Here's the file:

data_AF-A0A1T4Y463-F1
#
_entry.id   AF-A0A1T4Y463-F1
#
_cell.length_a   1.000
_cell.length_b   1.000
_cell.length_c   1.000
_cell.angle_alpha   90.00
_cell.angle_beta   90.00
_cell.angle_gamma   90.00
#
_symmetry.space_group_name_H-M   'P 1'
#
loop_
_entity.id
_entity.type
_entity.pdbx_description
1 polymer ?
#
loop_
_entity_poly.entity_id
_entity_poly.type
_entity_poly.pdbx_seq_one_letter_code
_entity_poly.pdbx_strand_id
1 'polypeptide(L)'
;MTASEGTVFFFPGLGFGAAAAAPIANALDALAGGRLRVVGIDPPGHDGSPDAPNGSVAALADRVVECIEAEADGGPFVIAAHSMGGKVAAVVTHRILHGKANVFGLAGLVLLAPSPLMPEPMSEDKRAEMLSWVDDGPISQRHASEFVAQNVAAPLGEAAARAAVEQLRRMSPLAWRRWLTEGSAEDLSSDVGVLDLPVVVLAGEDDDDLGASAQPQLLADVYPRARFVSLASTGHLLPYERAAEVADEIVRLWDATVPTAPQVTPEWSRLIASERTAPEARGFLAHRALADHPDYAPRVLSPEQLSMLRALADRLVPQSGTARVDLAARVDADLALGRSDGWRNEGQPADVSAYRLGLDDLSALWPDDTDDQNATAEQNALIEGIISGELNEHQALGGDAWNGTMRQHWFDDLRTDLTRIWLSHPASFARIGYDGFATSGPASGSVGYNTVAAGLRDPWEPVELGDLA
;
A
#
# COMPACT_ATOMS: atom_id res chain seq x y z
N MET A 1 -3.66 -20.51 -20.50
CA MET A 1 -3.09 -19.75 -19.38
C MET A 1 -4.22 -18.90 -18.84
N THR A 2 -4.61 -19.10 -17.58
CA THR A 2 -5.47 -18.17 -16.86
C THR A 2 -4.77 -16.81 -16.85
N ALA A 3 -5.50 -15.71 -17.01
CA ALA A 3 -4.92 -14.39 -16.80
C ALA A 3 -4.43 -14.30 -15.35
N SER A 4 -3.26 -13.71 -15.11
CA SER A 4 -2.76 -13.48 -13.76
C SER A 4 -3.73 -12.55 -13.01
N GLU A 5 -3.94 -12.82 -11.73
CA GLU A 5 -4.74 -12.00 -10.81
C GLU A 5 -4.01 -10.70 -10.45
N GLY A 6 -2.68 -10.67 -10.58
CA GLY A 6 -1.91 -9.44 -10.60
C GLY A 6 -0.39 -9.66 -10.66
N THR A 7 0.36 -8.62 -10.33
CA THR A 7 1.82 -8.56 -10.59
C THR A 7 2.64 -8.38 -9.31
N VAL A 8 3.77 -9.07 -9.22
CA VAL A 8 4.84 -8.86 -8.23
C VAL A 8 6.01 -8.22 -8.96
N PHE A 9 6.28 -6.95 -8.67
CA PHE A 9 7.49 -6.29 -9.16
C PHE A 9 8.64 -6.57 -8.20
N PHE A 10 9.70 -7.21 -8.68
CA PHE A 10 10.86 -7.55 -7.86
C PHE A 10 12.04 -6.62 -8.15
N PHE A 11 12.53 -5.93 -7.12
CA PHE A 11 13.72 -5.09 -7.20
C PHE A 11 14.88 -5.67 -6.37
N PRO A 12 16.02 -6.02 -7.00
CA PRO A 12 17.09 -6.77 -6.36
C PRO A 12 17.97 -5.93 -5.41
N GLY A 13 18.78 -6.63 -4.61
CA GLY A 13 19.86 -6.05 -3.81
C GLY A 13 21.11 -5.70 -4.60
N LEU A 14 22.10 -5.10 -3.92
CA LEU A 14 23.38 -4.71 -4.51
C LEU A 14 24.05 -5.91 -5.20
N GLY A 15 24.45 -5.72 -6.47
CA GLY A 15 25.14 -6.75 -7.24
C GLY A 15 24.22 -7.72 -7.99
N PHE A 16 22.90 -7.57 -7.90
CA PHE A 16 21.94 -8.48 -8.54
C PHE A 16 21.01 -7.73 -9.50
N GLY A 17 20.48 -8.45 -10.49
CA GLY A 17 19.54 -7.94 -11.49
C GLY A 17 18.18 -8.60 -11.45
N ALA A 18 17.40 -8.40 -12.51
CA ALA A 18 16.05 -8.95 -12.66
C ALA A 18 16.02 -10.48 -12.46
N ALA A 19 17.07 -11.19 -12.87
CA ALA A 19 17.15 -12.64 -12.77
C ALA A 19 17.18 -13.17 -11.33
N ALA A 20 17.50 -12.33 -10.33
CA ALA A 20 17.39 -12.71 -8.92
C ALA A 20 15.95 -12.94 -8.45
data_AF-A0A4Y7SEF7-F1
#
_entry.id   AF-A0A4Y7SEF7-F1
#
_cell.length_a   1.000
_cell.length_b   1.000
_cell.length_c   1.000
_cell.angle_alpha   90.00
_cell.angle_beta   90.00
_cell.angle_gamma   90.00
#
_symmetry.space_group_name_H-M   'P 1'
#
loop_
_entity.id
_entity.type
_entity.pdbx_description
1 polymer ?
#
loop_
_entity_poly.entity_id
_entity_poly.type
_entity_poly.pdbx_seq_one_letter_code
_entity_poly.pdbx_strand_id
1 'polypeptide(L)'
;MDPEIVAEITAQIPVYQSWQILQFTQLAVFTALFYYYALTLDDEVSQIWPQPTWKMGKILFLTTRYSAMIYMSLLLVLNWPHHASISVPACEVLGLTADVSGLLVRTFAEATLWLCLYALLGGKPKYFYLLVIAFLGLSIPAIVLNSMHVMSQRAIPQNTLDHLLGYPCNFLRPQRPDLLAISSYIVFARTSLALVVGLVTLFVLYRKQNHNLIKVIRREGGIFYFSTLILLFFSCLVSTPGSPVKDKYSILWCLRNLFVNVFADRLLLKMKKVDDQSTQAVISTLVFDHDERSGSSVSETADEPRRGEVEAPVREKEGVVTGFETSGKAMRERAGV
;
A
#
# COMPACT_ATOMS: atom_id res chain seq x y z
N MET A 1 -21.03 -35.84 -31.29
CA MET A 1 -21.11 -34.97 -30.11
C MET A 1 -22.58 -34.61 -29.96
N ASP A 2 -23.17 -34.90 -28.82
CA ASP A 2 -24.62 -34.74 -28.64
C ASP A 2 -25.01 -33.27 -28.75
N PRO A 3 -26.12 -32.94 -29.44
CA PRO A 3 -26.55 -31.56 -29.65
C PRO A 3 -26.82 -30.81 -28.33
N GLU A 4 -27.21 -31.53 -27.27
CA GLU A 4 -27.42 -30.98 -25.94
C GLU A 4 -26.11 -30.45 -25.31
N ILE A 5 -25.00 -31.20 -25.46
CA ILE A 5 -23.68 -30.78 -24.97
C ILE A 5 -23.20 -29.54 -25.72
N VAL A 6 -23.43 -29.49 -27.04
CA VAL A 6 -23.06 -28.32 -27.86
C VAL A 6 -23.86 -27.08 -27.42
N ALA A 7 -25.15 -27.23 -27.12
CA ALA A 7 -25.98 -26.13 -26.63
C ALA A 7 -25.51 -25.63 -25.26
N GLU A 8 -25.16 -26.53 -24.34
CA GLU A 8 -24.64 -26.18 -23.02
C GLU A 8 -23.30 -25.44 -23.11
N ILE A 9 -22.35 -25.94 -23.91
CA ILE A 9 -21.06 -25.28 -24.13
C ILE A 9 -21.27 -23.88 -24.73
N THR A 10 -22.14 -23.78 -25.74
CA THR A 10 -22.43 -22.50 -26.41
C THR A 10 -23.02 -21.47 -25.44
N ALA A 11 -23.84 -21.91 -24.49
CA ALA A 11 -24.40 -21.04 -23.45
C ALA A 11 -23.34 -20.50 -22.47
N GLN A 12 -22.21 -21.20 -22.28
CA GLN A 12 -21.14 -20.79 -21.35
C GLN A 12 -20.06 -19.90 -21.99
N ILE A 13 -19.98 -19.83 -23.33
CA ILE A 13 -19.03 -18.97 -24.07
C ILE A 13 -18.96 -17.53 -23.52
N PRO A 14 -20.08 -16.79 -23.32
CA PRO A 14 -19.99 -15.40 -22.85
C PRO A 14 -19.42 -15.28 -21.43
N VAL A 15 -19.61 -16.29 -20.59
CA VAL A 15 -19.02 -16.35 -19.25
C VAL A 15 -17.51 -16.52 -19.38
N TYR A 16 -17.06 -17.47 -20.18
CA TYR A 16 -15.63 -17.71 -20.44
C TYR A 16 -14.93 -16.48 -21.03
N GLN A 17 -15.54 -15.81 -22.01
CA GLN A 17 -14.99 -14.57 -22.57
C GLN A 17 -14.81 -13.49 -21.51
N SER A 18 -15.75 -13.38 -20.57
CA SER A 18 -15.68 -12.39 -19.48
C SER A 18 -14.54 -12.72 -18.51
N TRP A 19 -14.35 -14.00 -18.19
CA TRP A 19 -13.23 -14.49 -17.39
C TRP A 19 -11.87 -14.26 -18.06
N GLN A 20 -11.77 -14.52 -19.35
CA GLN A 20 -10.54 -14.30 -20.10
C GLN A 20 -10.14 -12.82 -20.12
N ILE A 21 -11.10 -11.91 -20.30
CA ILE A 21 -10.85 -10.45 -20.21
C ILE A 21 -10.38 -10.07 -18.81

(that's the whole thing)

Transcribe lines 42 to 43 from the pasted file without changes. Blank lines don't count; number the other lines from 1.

C SER A 4 -3.73 -12.55 -13.01
N GLU A 5 -3.94 -12.82 -11.73